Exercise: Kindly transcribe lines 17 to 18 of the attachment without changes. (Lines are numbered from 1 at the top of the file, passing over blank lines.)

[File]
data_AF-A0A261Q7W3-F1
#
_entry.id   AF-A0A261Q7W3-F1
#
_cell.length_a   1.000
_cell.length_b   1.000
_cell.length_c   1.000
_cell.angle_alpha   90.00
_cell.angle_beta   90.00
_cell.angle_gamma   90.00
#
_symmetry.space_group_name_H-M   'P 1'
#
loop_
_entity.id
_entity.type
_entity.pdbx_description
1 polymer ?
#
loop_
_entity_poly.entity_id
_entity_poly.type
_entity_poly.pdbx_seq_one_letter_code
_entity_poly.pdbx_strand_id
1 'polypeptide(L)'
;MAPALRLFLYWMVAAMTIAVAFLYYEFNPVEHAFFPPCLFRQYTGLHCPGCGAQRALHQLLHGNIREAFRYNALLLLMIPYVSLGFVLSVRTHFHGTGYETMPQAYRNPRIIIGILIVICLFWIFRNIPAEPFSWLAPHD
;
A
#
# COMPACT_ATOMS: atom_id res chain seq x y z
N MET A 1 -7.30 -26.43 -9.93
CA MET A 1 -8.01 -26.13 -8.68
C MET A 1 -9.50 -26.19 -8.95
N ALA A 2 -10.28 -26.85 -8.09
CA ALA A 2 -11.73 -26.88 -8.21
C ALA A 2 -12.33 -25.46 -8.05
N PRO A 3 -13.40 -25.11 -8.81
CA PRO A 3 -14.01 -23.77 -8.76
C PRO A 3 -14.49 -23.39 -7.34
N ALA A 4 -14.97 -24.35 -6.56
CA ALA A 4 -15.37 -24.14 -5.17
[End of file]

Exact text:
_entity.pdbx_description
1 polymer ?